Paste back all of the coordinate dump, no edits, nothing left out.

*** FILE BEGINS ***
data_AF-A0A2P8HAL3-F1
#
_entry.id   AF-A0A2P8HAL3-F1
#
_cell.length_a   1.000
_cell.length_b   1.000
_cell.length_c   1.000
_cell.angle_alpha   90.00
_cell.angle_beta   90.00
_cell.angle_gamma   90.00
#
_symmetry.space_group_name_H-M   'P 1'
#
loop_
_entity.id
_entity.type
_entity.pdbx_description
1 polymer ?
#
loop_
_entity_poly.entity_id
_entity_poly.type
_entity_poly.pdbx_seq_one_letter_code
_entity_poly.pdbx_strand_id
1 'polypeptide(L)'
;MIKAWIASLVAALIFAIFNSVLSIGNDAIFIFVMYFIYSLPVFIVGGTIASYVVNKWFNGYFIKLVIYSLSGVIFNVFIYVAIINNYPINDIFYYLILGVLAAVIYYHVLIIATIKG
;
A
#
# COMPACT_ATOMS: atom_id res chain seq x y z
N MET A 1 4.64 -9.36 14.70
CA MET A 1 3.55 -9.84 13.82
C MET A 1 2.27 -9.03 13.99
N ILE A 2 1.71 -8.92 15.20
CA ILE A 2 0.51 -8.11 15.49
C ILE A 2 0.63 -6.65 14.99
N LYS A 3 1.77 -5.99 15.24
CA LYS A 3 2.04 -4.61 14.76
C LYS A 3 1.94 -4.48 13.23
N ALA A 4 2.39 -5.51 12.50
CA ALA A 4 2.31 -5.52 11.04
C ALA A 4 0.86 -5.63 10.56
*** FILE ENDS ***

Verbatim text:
data_AF-A0A2P8HAL3-F1
#
_entry.id   AF-A0A2P8HAL3-F1
#
_cell.length_a   1.000
_cell.length_b   1.000
_cell.length_c   1.000
_cell.angle_alpha   90.00
_cell.angle_beta   90.00
_cell.angle_gamma   90.00
#
_symmetry.space_group_name_H-M   'P 1'
#
loop_
_entity.id
_entity.type
_entity.pdbx_description
1 polymer ?
#
loop_
_entity_poly.entity_id
_entity_poly.type
_entity_poly.pdbx_seq_one_letter_code
_entity_poly.pdbx_strand_id
1 'polypeptide(L)'
;MIKAWIASLVAALIFAIFNSVLSIGNDAIFIFVMYFIYSLPVFIVGGTIASYVVNKWFNGYFIKLVIYSLSGVIFNVFIYVAIINNYPINDIFYYLILGVLAAVIYYHVLIIATIKG
;
A
#
# COMPACT_ATOMS: atom_id res chain seq x y z
N MET A 1 4.64 -9.36 14.70
CA MET A 1 3.55 -9.84 13.82
C MET A 1 2.27 -9.03 13.99
N ILE A 2 1.71 -8.92 15.20
CA ILE A 2 0.51 -8.11 15.49
C ILE A 2 0.63 -6.65 14.99
N LYS A 3 1.77 -5.99 15.24
CA LYS A 3 2.04 -4.61 14.76
C LYS A 3 1.94 -4.48 13.23
N ALA A 4 2.39 -5.51 12.50
CA ALA A 4 2.31 -5.52 11.04
C ALA A 4 0.86 -5.63 10.56